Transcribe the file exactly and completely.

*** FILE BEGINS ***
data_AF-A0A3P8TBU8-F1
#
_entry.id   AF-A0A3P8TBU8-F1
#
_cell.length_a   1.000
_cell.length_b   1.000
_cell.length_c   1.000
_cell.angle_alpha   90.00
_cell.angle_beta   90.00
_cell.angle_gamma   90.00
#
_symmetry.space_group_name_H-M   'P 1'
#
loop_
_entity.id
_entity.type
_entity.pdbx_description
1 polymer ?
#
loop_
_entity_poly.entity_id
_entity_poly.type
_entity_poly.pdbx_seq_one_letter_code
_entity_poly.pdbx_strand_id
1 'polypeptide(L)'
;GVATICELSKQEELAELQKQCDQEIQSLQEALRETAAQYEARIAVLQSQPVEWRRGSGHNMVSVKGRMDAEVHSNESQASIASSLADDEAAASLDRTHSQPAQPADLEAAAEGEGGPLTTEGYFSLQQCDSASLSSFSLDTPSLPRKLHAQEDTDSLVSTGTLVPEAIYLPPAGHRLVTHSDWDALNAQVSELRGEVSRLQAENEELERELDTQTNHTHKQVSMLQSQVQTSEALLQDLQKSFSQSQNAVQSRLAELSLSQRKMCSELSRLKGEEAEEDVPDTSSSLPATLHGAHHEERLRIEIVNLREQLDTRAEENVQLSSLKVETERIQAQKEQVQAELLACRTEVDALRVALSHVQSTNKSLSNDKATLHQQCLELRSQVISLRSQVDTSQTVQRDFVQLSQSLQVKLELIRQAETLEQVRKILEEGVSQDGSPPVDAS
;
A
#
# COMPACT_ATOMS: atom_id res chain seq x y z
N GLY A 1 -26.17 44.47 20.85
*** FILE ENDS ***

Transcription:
data_AF-A0A3P8TBU8-F1
#
_entry.id   AF-A0A3P8TBU8-F1
#
_cell.length_a   1.000
_cell.length_b   1.000
_cell.length_c   1.000
_cell.angle_alpha   90.00
_cell.angle_beta   90.00
_cell.angle_gamma   90.00
#
_symmetry.space_group_name_H-M   'P 1'
#
loop_
_entity.id
_entity.type
_entity.pdbx_description
1 polymer ?
#
loop_
_entity_poly.entity_id
_entity_poly.type
_entity_poly.pdbx_seq_one_letter_code
_entity_poly.pdbx_strand_id
1 'polypeptide(L)'
;GVATICELSKQEELAELQKQCDQEIQSLQEALRETAAQYEARIAVLQSQPVEWRRGSGHNMVSVKGRMDAEVHSNESQASIASSLADDEAAASLDRTHSQPAQPADLEAAAEGEGGPLTTEGYFSLQQCDSASLSSFSLDTPSLPRKLHAQEDTDSLVSTGTLVPEAIYLPPAGHRLVTHSDWDALNAQVSELRGEVSRLQAENEELERELDTQTNHTHKQVSMLQSQVQTSEALLQDLQKSFSQSQNAVQSRLAELSLSQRKMCSELSRLKGEEAEEDVPDTSSSLPATLHGAHHEERLRIEIVNLREQLDTRAEENVQLSSLKVETERIQAQKEQVQAELLACRTEVDALRVALSHVQSTNKSLSNDKATLHQQCLELRSQVISLRSQVDTSQTVQRDFVQLSQSLQVKLELIRQAETLEQVRKILEEGVSQDGSPPVDAS
;
A
#
# COMPACT_ATOMS: atom_id res chain seq x y z
N GLY A 1 -26.17 44.47 20.85